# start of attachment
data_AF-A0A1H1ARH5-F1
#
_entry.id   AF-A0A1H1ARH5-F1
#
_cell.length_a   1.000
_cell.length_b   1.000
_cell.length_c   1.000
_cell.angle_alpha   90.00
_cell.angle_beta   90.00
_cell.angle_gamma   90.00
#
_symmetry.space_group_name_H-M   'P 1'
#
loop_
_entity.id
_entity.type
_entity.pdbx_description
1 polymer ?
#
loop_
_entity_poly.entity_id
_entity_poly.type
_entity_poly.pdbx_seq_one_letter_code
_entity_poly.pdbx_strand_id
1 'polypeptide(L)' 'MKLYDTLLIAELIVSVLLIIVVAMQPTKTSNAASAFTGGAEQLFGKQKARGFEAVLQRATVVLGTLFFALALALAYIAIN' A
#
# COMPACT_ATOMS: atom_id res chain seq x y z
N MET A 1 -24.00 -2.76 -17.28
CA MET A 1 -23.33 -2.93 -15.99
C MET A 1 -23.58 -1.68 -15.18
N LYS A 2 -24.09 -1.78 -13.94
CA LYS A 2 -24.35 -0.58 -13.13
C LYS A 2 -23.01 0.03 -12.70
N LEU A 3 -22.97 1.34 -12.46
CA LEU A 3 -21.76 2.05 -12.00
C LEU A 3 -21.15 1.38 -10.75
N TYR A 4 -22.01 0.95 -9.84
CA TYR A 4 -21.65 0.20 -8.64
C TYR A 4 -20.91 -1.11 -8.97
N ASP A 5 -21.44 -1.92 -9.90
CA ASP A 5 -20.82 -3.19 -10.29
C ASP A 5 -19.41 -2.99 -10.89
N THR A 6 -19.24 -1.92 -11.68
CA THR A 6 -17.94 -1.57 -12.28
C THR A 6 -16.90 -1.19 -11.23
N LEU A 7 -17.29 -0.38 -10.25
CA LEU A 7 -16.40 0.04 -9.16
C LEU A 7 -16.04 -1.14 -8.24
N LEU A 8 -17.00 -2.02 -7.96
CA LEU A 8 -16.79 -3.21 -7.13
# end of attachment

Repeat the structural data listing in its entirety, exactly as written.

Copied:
data_AF-A0A1H1ARH5-F1
#
_entry.id   AF-A0A1H1ARH5-F1
#
_cell.length_a   1.000
_cell.length_b   1.000
_cell.length_c   1.000
_cell.angle_alpha   90.00
_cell.angle_beta   90.00
_cell.angle_gamma   90.00
#
_symmetry.space_group_name_H-M   'P 1'
#
loop_
_entity.id
_entity.type
_entity.pdbx_description
1 polymer ?
#
loop_
_entity_poly.entity_id
_entity_poly.type
_entity_poly.pdbx_seq_one_letter_code
_entity_poly.pdbx_strand_id
1 'polypeptide(L)' 'MKLYDTLLIAELIVSVLLIIVVAMQPTKTSNAASAFTGGAEQLFGKQKARGFEAVLQRATVVLGTLFFALALALAYIAIN' A
#
# COMPACT_ATOMS: atom_id res chain seq x y z
N MET A 1 -24.00 -2.76 -17.28
CA MET A 1 -23.33 -2.93 -15.99
C MET A 1 -23.58 -1.68 -15.18
N LYS A 2 -24.09 -1.78 -13.94
CA LYS A 2 -24.35 -0.58 -13.13
C LYS A 2 -23.01 0.03 -12.70
N LEU A 3 -22.97 1.34 -12.46
CA LEU A 3 -21.76 2.05 -12.00
C LEU A 3 -21.15 1.38 -10.75
N TYR A 4 -22.01 0.95 -9.84
CA TYR A 4 -21.65 0.20 -8.64
C TYR A 4 -20.91 -1.11 -8.97
N ASP A 5 -21.44 -1.92 -9.90
CA ASP A 5 -20.82 -3.19 -10.29
C ASP A 5 -19.41 -2.99 -10.89
N THR A 6 -19.24 -1.92 -11.68
CA THR A 6 -17.94 -1.57 -12.28
C THR A 6 -16.90 -1.19 -11.23
N LEU A 7 -17.29 -0.38 -10.25
CA LEU A 7 -16.40 0.04 -9.16
C LEU A 7 -16.04 -1.14 -8.24
N LEU A 8 -17.00 -2.02 -7.96
CA LEU A 8 -16.79 -3.21 -7.13